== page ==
At Bletchley Park, home of Britain's best codebreakers, and it's leafy surrounding, Alan Turing was hard at work turning his extravagant theories into reality - no easy feat at the height of the Second World War. The young and brilliant mathematician created a machine, an elementary computer that would crack the German Enigma code and win Britain the war.
Following the triumphs of VE and VJ day, Alan lived briefly in Hampton, Middlesex (working for the National Physics Laboratory [NPL]) before he found a new role as a professor at Manchester University. Now his sights were set on a bigger goal – the development of the modern computer. This was a goal he would never fully achieve after being publicly humiliated and having his character destroyed by the press due to the uncovering of his sexuality and later guilty verdict for indecency.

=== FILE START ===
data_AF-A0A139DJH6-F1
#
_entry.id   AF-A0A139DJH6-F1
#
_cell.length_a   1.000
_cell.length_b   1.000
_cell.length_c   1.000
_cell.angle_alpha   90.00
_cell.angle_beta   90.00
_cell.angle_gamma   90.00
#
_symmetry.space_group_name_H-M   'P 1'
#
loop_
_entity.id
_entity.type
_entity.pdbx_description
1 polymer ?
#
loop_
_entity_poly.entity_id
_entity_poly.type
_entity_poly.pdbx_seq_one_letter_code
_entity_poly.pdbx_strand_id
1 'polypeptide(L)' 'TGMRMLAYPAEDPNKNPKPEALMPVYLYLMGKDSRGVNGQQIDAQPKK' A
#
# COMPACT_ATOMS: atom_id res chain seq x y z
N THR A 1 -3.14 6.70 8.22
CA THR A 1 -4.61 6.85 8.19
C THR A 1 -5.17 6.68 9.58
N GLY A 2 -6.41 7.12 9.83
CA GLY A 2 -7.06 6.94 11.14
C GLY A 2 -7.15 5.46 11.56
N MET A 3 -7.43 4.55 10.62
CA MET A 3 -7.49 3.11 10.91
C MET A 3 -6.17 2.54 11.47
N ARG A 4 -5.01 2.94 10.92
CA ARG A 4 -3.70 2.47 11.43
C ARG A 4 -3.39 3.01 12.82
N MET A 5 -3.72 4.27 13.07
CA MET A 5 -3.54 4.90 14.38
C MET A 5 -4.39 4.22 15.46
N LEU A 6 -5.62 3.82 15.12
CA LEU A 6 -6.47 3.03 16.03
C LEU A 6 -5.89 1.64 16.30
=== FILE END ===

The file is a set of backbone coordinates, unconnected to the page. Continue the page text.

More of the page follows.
Hugh Whitemore’s classic play intertwines an account of Turing's most heroic hour with the story of his betrayal and neglect by the nation he had helped in its darkest hour.
The Manor Players present Whitemore’s play, Breaking the Code at the Riverside Arts Centre, 59, Thames Street; 20th – 22nd April at 8pm. Tickets £10.
On Saturday the tickets will increase to £15 to include a special talk by Lady Nichola Turing, show ticket, drink and nibbles.